The proposed joint bid to have the USA, Canada, and Mexico host the 2026 FIFA World Cup got a boost today as FIFA announced it will be opening the bidding process early to give them more time to organise their proposals. This now means any country with an interest in hosting the World Cup must express an interest by August 11th, 2017 and submit their bid by March 2018 which will then be voted on the following June. FIFA has already said that European and Asian nations will not be allowed to host meaning that only Oceanic, African, and South American countries will be able to submit bids. However, the South American Federation has already expressed its support for the North American bid whilst South Africa hosted the tournament in 2010 making an African nation less likely to win another World Cup soon. As Australia are the only nation big enough to host the competition in Oceania, they are the only country that could potentially upset the North American’s campaign. With the tournament increasing to 48 teams and Mexico and the USA having hosted the competition in the past there will be no fears that the larger influx of fans will be an issue for the countries. From an economical point of view FIFA will also be keen to promote football in the USA with the growth of the MLS and attract more interest from Canada, although the same could be said for Australia.
August 11 was the deadline for any competing bids to arrive at FIFA for 2026 World Cup hosting rights, and one country has decided to throw their hat in the ring against a unified North America.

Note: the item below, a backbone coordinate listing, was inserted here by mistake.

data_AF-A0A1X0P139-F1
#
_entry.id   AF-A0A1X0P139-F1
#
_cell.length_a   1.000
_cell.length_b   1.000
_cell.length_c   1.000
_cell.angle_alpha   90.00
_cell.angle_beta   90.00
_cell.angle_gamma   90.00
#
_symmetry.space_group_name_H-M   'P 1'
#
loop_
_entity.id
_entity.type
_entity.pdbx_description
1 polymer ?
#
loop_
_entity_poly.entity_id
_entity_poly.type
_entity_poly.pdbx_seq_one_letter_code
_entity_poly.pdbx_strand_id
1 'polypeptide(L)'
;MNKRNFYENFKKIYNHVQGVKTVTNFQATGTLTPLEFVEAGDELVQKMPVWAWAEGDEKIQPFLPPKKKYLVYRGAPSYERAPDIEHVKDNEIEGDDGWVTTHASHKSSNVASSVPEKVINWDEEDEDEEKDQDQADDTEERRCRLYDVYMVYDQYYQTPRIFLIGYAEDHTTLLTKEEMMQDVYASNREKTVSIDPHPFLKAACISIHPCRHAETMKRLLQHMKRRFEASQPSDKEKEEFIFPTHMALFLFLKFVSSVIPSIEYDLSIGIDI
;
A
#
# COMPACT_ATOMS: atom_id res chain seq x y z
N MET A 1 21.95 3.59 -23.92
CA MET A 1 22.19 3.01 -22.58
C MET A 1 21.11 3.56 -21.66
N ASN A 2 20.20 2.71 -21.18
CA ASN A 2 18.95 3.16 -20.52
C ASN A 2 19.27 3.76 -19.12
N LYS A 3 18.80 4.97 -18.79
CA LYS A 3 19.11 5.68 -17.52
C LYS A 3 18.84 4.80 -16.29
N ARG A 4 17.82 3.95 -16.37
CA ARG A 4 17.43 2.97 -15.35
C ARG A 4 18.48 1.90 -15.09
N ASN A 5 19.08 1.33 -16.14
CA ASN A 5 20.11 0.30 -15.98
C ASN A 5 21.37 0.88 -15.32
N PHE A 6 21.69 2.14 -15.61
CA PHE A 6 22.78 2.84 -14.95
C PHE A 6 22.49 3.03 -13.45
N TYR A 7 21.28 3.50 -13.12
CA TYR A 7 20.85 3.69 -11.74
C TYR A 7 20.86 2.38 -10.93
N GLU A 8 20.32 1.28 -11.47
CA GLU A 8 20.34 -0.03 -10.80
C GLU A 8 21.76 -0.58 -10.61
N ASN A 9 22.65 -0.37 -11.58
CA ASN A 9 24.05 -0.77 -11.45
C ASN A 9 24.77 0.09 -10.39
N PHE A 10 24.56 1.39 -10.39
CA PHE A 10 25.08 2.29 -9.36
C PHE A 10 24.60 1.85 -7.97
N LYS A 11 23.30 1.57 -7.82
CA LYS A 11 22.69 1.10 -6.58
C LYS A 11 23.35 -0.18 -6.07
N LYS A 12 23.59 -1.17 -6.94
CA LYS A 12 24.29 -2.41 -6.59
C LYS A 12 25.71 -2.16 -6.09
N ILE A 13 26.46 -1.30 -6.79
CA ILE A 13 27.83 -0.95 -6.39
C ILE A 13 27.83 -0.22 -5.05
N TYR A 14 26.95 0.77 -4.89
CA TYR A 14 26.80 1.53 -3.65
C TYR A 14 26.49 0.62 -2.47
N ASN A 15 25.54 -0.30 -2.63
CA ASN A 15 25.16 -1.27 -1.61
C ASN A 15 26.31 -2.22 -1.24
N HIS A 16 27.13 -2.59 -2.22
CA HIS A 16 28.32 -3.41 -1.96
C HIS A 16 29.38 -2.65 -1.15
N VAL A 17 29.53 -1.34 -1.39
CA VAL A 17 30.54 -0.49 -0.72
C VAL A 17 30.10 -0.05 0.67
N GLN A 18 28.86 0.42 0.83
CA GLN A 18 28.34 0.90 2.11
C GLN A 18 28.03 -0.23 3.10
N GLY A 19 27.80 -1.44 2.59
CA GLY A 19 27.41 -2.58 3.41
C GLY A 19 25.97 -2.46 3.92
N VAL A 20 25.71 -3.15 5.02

Early on Friday morning, the Royal Moroccan Football Federation officially submitted their bid to FIFA in competition with the joint U.S.-Canada-Mexico bid for the 2026 World Cup. While no details were included in the public announcement, the north African country will attempt to outbid the united North American front that appeared to be a heavy front-runner for the rights.
“The Royal Moroccan Football Federation officially launched on Friday (August 11th, 2017) a bid to host the 2026 World Cup. The University has put the file of its nomination to the committees responsible in FIFA, in order to embrace global football,” the announcement read.
The Moroccan bid means that the U.S.-Canada-Mexico bid will face competition and won’t simply be handed the rights as they might’ve hoped. Though Morocco features a central location to all three of the European, African, and Asian football confederations, the joint-North American bid will likely remain favorites with superior current infrastructure and less overall preparation needed to host the event.
But even so, the bid will ultimately not be the walk-through that it appeared to be prior to Morocco’s announcement.